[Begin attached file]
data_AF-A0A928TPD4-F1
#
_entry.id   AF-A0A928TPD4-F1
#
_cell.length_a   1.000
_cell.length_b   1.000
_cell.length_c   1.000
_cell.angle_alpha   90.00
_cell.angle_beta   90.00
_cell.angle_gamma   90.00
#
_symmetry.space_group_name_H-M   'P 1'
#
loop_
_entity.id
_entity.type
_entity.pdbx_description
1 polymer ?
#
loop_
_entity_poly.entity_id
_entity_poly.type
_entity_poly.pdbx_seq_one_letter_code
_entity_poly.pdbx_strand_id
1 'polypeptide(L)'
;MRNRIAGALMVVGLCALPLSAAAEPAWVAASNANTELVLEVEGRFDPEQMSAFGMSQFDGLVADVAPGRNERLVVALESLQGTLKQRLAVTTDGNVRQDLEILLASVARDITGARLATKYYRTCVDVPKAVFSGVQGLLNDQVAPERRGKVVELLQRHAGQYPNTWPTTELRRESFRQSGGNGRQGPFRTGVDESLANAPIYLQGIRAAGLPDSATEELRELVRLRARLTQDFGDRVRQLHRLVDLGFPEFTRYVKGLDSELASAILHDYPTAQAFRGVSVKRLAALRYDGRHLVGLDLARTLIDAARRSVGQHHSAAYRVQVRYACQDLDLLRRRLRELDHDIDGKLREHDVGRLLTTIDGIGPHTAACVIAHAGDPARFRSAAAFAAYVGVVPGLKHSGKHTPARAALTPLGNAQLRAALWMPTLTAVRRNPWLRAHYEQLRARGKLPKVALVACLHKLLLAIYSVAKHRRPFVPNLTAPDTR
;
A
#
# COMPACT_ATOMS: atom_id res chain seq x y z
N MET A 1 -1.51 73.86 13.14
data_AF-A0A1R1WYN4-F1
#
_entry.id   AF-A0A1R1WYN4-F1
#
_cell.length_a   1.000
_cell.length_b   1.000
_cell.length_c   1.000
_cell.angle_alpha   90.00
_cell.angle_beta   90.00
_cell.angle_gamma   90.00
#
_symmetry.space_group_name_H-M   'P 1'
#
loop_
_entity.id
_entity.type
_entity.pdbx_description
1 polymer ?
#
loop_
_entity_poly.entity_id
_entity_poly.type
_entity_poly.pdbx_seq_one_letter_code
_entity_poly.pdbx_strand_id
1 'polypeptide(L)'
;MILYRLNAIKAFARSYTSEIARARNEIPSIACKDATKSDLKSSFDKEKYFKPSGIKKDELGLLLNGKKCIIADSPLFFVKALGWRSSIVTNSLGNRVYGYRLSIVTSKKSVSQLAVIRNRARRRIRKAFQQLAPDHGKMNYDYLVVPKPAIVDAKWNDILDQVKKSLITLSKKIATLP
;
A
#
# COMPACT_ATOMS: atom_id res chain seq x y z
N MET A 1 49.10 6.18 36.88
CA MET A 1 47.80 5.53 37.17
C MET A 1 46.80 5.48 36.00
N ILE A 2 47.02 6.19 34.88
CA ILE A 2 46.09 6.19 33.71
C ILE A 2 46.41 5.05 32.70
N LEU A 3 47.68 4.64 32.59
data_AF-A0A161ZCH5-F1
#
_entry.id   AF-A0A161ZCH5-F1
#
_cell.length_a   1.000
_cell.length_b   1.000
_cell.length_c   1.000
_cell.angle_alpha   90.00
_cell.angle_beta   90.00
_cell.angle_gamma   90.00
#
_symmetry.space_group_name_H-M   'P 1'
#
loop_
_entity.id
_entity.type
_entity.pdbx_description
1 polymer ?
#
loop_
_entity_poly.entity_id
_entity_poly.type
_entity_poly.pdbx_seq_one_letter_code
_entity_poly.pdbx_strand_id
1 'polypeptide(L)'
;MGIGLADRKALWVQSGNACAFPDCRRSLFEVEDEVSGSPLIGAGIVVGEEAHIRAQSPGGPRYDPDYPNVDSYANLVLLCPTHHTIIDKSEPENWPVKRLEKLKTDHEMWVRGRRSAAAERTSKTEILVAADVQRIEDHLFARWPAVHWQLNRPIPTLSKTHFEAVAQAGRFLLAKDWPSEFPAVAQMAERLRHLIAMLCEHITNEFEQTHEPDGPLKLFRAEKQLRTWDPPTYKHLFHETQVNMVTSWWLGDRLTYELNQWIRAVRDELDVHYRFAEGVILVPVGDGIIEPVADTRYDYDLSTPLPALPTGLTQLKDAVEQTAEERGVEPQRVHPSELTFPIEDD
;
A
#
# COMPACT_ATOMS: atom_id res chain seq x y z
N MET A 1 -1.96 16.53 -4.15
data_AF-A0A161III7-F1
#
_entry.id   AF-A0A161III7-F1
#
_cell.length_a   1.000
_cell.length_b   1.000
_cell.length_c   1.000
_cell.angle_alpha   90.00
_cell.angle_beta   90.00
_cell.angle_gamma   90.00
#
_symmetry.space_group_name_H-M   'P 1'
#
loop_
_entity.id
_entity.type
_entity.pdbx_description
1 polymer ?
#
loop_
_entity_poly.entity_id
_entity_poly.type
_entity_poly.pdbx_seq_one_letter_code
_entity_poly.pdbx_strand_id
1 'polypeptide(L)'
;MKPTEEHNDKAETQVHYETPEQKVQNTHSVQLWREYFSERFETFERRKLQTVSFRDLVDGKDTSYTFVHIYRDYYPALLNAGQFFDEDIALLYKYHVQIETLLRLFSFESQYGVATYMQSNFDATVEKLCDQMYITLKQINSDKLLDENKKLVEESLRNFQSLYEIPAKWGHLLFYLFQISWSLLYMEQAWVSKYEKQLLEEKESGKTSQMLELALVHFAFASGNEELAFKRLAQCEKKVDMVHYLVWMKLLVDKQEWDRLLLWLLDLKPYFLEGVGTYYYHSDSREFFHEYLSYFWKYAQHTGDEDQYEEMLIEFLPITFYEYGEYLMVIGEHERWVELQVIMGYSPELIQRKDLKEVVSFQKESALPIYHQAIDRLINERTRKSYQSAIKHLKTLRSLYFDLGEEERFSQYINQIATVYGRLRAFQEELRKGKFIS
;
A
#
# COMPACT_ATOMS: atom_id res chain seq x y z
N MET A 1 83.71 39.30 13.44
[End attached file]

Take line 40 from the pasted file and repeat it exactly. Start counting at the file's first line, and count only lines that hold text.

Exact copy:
_cell.angle_beta   90.00